Boy Scouts and Public School
In 1990, at the age of 10, I still had not learned sign language. I had been taught by CID that sign language was taboo, deviant, and according to one teacher, reserved for animals, specifically monkeys. This notion was further validated when one of my first exposures to sign language in the media showed a chimpanzee signing “apple” in the 1987 movie, Project X. By then, my perception of sign language was validated. At the age of 10, I was mainstreamed into my new world—the local public school where I was the only deaf student through twelfth grade. But, during the same year, I met Bill Blank, a scoutmaster with CID’s Troop #132, who introduced me to another new world. I was now living in two worlds: educationally, I was immersed as the only deaf person in my public school, but socially, I was immersed with other CID students and alumni who joined Troop #132 of the Boy Scouts. I juggled these two worlds until my senior year of high school—a total of 8 years. I will get back to the educational aspect of my life later in this chapter, but first, I want to highlight some of my invaluable experiences with Bill Blank and his Troop #132.
When I first joined Troop #132, I realized that I was not the only person who went to a public school. Many CID alumni would also share the same isolation as mine, being the only deaf person at their schools; we shared a camaraderie. I remembered that I was always excited for Wednesday night to come—the time when we would have our weekly Boy Scout meetings, ironically, held at CID. The location was ironic because Bill Blank along with his two assistant scoutmasters were deaf, and they communicated with us in SimCom—a combined method of signing and speaking, although during that time, I thought they were using ASL. I had no idea what ASL looked like. Especially in the CID setting, the experience of deaf scoutmasters as teachers, teaching us by means of sign language, set up a sharp contrast to what I had been accustomed to.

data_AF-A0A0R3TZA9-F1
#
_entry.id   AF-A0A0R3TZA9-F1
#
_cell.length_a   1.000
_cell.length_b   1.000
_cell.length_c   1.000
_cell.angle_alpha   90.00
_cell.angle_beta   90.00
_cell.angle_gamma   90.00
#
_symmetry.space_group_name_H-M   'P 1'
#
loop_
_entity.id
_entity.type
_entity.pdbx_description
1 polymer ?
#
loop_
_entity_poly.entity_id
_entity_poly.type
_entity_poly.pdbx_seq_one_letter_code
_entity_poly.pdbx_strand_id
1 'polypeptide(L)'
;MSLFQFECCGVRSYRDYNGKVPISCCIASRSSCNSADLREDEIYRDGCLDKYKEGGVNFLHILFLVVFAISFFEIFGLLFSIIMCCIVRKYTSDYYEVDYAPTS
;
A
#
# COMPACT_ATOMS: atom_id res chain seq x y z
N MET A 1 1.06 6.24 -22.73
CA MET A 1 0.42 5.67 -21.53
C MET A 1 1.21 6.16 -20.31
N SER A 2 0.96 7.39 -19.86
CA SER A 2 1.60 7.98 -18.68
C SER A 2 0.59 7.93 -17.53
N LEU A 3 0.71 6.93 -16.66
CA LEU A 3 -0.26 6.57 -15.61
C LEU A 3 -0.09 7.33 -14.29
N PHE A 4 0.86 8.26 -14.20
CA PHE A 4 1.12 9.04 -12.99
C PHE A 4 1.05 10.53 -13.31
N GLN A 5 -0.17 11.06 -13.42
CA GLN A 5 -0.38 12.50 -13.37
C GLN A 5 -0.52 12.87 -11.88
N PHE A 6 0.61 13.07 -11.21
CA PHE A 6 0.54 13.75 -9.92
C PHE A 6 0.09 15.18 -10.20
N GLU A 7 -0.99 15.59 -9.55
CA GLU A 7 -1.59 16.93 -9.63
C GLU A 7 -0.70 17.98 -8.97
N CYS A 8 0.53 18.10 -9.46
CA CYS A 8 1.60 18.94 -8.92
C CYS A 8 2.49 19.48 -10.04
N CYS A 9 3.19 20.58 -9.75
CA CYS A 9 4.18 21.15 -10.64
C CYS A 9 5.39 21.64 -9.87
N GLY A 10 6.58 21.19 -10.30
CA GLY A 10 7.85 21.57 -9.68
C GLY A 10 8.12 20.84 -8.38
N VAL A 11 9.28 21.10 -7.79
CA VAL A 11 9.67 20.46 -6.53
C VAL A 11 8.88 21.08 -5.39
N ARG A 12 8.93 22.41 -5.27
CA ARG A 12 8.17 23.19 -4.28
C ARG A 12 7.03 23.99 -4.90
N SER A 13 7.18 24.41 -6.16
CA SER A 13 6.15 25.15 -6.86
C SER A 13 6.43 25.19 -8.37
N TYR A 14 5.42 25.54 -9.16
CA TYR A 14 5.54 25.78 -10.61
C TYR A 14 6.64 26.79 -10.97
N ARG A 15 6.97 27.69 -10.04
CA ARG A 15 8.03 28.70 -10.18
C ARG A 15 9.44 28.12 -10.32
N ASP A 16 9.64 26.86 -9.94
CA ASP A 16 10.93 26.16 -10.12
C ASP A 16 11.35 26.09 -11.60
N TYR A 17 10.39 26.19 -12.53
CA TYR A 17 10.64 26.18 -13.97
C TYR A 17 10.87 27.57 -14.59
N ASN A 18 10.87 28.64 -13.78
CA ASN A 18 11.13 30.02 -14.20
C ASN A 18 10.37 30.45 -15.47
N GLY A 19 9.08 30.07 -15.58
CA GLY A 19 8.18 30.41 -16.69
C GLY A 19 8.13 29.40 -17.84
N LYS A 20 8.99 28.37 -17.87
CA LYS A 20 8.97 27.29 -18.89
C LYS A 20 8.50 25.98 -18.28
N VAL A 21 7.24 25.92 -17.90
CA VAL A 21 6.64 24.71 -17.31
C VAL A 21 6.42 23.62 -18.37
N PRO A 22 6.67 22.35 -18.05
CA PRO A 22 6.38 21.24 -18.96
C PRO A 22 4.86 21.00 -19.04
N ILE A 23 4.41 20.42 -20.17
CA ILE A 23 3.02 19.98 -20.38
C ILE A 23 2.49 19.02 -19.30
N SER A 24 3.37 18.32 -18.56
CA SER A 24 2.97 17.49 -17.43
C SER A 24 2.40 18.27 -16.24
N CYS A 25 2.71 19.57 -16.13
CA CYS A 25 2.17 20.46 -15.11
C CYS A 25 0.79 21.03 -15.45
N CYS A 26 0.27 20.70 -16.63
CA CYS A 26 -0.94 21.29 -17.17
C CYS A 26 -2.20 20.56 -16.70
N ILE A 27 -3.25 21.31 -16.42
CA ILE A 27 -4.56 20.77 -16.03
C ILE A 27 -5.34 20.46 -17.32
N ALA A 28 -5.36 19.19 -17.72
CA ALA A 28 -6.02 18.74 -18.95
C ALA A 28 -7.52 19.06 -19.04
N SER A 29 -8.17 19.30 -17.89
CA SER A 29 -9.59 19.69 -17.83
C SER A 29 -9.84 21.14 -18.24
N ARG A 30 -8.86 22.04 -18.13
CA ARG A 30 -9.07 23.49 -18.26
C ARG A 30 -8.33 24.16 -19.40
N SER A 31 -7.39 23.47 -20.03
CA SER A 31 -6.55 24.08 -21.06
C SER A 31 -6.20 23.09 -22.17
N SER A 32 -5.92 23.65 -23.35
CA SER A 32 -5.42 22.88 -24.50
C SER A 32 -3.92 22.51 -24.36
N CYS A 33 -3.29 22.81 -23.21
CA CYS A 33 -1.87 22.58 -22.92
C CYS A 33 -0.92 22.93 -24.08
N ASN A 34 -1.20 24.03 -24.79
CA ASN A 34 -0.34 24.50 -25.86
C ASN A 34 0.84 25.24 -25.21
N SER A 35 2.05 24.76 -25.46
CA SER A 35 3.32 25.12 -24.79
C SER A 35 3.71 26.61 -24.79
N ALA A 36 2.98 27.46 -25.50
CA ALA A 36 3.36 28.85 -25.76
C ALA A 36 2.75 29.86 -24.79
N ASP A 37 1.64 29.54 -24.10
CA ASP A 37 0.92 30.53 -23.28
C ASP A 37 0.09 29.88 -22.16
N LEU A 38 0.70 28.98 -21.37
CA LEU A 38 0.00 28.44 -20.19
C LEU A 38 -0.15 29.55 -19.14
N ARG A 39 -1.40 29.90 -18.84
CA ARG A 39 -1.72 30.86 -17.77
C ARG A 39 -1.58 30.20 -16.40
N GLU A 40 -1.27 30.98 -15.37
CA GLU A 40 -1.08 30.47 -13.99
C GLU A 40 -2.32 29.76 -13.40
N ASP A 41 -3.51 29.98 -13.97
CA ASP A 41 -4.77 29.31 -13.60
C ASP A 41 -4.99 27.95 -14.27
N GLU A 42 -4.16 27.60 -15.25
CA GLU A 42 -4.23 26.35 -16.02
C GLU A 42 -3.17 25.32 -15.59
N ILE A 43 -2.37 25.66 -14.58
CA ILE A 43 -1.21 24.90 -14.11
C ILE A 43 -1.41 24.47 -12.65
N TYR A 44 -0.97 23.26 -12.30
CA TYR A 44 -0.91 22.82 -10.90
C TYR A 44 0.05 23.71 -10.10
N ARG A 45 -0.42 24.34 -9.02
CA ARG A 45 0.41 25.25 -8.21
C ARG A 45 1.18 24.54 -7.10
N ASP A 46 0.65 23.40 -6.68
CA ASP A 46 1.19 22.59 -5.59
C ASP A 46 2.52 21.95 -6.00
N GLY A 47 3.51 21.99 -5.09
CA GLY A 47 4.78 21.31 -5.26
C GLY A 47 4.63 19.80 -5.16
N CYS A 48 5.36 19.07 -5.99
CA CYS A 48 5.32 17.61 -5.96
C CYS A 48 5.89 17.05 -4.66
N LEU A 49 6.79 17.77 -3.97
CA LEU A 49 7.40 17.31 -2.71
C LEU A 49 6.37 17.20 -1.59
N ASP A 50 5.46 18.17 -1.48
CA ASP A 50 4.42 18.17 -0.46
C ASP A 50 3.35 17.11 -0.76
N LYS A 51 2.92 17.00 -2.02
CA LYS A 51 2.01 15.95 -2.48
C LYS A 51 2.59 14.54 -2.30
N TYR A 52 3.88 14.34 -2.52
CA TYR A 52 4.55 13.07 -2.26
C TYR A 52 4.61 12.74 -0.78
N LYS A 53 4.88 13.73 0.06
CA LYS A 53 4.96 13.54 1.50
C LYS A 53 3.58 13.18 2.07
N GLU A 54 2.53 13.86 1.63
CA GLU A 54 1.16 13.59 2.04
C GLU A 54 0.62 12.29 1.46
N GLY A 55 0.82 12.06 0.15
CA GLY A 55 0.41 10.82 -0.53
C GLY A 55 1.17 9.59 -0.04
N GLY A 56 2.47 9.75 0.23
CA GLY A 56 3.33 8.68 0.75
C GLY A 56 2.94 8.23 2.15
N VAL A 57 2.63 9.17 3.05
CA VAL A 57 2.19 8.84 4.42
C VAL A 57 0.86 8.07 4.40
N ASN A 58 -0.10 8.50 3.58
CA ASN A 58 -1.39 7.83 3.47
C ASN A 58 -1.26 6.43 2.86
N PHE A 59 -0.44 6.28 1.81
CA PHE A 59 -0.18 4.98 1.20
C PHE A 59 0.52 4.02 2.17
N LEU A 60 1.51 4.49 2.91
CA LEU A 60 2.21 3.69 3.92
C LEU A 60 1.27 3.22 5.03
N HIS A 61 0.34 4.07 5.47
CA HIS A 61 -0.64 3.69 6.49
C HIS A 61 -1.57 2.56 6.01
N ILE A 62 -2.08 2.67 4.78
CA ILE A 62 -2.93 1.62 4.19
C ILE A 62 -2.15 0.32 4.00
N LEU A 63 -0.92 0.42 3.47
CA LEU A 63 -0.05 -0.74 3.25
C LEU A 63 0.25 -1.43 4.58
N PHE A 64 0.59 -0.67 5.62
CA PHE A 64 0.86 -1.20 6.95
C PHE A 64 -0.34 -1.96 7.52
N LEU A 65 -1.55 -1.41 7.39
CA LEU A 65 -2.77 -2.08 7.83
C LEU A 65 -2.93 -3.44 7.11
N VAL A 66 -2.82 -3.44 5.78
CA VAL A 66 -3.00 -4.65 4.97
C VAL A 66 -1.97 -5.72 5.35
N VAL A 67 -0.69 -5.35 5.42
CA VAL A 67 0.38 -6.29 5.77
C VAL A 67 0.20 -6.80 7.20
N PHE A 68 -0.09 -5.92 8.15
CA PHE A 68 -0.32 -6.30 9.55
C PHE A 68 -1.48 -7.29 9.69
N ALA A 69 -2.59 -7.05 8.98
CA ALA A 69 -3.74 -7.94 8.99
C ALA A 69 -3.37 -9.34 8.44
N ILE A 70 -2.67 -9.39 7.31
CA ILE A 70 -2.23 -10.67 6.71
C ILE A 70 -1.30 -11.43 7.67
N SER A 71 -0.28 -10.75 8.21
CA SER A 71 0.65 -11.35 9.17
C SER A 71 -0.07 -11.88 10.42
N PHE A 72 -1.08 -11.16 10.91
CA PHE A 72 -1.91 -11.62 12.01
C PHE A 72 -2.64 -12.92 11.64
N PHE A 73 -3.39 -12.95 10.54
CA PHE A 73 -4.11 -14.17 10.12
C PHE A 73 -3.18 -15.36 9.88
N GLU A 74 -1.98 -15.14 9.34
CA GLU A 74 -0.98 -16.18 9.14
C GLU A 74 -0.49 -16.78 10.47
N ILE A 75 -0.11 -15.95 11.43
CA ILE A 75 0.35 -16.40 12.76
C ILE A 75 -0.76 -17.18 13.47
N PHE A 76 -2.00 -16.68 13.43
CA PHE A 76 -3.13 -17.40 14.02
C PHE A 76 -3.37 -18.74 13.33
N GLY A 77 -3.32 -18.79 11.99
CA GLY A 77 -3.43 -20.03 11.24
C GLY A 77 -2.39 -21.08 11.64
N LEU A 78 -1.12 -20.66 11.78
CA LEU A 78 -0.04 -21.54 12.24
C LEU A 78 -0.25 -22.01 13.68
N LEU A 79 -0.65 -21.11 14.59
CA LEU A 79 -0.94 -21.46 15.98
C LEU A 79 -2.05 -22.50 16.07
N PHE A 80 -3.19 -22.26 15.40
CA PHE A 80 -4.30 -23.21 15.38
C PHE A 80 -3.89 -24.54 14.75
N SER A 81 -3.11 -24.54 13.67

During our meetings, we were taught on many subjects that were specifically tailored to help us obtain merit badges in categories including (but not limited to) first aid, rope-tying, government, weatherreading, science, forestry, and zoology. I learned so much through these meetings, and the next Wednesday could not come soon enough. We Boy Scouts would play for as long as we could after each meeting while my mother waited diligently as I pleaded for “just 10 more minutes” over and over.
The troop broke down into two major groups: those who were still at CID and those who were alumni of CID. CID students stayed at the residential dormitory, and the alumni commuted home where they would enter their “other world.” I was always envious of those who stayed at the dorm, wishing that I could join their lifestyle. Being able to socialize 24/7 and eat breakfast, lunch, and dinner without any communication barriers would have been my heaven! Alas, I went home to my family, to my other world, where I would use spoken English and speechread (at least as much as I could understand) my family and my friends at public school. Aside from Wednesdays, Troop #132 also trained for biannual camporees where we competed against hearing troops in our district; we were the only deaf troop (Figure 1.4). We always placed either first or second (I know Troop #98 can vouch for this claim as we were always rivals). Being able to place first or second out of as many as 12–15 hearing troops was truly inspiring.